The violence that gripped South Africa in early July is just one example of political and security threats facing Sub-Saharan African economies over the coming year. The lingering effects of the unrest will undermine already-weak customer sentiment and aggravate economic malaise. However, while this trend could result in moderately slower GDP growth over the coming year, particularly in Gauteng and KwaZulu-Natal, South Africa’s economy as a whole does not face severe risk of disruption through the end of this year.
To help inform your 2022 strategic planning efforts, we did a deep dive into South Africa’s market updates, key developments, and forward-looking trends. Read the full SSA Market Monitor for a full country-specific breakdown of SSA’s economic performance.
- Widespread violence erupted on July 9 across large swaths of eastern and northern South Africa. It was triggered by outraged supporters of former President Jacob Zuma, who was jailed on July 8 on contempt-of-court charges. Many businesses reported severe supply chain disruption and the destruction of their warehouses, so businesses should prepare for recurring disruptive protests in pro-Zuma heartlands. The disruption will cause a further slump consumer spending and domestic and foreign investor sentiment.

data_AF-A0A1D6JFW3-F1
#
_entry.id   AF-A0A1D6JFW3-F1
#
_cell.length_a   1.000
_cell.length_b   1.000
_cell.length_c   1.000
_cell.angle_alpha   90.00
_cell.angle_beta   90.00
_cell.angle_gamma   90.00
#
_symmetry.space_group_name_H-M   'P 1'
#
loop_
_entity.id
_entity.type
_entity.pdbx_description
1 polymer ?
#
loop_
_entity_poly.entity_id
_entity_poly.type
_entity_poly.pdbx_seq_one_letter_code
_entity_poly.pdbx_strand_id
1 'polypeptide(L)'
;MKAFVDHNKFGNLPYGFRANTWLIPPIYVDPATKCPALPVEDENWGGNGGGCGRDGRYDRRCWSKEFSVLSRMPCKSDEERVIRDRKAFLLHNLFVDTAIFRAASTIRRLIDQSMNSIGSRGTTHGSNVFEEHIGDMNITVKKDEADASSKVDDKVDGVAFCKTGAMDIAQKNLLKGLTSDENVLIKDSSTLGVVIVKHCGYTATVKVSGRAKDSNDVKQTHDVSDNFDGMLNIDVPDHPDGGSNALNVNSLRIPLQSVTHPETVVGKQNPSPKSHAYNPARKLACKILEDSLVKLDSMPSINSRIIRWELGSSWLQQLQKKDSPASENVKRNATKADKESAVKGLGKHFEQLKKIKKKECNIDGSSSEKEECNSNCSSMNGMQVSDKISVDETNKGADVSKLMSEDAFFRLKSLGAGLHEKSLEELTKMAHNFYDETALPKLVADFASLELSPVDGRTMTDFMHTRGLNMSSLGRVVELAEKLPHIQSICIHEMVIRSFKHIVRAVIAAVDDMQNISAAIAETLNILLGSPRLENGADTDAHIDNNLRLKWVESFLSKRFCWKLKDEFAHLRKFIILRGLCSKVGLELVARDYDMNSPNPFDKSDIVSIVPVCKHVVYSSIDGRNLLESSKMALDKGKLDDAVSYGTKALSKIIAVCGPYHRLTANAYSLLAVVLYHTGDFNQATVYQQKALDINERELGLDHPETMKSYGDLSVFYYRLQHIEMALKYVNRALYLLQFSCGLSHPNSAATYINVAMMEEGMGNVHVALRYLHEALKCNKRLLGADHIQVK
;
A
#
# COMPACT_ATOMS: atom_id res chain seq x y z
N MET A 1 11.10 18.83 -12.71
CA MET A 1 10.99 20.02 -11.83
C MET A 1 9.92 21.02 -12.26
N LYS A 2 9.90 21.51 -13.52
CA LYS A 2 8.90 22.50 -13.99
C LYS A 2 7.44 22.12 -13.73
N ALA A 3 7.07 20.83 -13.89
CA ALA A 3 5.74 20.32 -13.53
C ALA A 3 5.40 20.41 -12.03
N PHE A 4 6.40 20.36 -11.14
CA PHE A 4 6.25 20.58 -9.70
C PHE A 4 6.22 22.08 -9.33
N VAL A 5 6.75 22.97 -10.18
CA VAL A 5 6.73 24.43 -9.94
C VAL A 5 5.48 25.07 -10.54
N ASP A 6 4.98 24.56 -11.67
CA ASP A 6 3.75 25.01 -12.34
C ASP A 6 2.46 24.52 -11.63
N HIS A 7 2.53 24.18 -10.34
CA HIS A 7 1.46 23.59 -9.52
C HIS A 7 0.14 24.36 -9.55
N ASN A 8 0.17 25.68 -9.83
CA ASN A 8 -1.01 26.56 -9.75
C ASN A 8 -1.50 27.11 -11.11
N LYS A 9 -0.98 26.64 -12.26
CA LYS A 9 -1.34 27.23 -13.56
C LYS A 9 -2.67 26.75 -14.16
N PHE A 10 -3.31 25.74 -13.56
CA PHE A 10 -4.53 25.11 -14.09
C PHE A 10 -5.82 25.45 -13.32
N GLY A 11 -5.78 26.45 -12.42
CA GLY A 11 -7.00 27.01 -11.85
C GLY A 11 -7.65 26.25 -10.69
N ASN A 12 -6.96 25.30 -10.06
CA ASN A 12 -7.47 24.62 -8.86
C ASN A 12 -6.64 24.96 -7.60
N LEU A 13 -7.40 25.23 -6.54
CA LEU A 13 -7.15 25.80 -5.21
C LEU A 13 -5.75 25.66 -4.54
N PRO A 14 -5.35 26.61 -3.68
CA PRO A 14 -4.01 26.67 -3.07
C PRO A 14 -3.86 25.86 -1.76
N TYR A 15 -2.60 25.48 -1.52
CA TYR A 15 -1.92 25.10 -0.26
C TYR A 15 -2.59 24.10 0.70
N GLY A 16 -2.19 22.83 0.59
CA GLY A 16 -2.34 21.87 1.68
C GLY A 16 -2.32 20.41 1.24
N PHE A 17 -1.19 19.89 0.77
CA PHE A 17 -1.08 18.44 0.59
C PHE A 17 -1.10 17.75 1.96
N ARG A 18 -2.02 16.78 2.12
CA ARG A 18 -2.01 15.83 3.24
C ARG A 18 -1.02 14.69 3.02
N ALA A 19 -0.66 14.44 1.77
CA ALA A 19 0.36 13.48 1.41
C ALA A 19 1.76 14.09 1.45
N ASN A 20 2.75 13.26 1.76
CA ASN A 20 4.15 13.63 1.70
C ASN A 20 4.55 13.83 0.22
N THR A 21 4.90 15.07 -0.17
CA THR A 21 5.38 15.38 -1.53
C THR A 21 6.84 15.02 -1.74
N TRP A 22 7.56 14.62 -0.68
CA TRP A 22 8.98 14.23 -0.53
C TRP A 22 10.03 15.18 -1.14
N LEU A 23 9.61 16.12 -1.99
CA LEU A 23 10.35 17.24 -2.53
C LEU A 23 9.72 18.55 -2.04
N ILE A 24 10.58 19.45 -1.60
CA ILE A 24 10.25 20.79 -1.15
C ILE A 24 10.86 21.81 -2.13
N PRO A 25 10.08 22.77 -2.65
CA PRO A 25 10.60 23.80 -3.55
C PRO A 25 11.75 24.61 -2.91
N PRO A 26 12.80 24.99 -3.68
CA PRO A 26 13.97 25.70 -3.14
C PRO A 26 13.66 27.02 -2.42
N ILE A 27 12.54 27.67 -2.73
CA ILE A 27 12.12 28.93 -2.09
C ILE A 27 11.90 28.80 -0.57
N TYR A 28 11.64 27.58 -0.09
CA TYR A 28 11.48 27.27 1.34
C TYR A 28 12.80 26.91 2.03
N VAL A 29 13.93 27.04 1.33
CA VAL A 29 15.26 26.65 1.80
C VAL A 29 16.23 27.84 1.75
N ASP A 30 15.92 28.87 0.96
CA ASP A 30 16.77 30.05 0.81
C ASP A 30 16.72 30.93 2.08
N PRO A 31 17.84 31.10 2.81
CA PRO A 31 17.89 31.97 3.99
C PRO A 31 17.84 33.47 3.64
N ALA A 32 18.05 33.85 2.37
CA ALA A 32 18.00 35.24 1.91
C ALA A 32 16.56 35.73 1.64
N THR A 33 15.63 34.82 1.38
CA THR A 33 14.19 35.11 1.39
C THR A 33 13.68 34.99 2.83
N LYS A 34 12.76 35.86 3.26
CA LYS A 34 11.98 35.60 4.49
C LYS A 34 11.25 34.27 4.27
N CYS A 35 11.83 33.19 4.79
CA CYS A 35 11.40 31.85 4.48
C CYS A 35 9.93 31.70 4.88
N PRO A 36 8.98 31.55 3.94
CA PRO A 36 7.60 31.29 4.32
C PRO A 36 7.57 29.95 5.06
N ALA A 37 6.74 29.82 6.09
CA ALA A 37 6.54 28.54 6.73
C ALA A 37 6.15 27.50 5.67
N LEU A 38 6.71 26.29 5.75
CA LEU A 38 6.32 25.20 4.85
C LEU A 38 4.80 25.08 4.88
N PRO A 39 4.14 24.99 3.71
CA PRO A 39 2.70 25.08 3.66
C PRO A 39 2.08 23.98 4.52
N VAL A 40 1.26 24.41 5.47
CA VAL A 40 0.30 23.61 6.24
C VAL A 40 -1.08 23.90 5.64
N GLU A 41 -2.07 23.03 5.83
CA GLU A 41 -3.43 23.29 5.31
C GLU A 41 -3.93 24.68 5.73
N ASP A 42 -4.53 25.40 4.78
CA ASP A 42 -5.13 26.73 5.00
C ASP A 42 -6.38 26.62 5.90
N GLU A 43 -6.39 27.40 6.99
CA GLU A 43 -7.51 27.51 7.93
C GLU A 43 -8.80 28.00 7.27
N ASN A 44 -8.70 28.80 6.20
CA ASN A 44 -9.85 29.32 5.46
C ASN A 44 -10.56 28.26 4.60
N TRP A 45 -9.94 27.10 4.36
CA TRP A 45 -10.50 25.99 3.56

- The economy is expected to expand by 2.8% YOY in 2021, representing a stabilization rather than a healthy rebound in activity. An uptick in exports throughout H1 2021 and the government’s reluctance to introduce extremely tight COVID-19 commercial restrictions will support growth. However, electricity shortages, sharp cuts to government spending, a depressed tourism industry, and the recent political violence that undermines foreign investor sentiment will contribute to the economy’s lackluster outlook. In this environment, businesses should focus on resilient industries, including mining and agriculture.
- The rand will continue to exhibit improved stability compared to 2020 despite recent unrest. Strong export growth, weak import demand, and improving global sentiment toward emerging markets will buoy the rand, which will average 15 per dollar in 2021 and 15.9 in 2022.
- Businesses should work with local partners—for example, through joint scenario planning or contingency building—to ensure their local partners are prepared for acute but short-lived periods of operational disruption during flashpoints of unrest.
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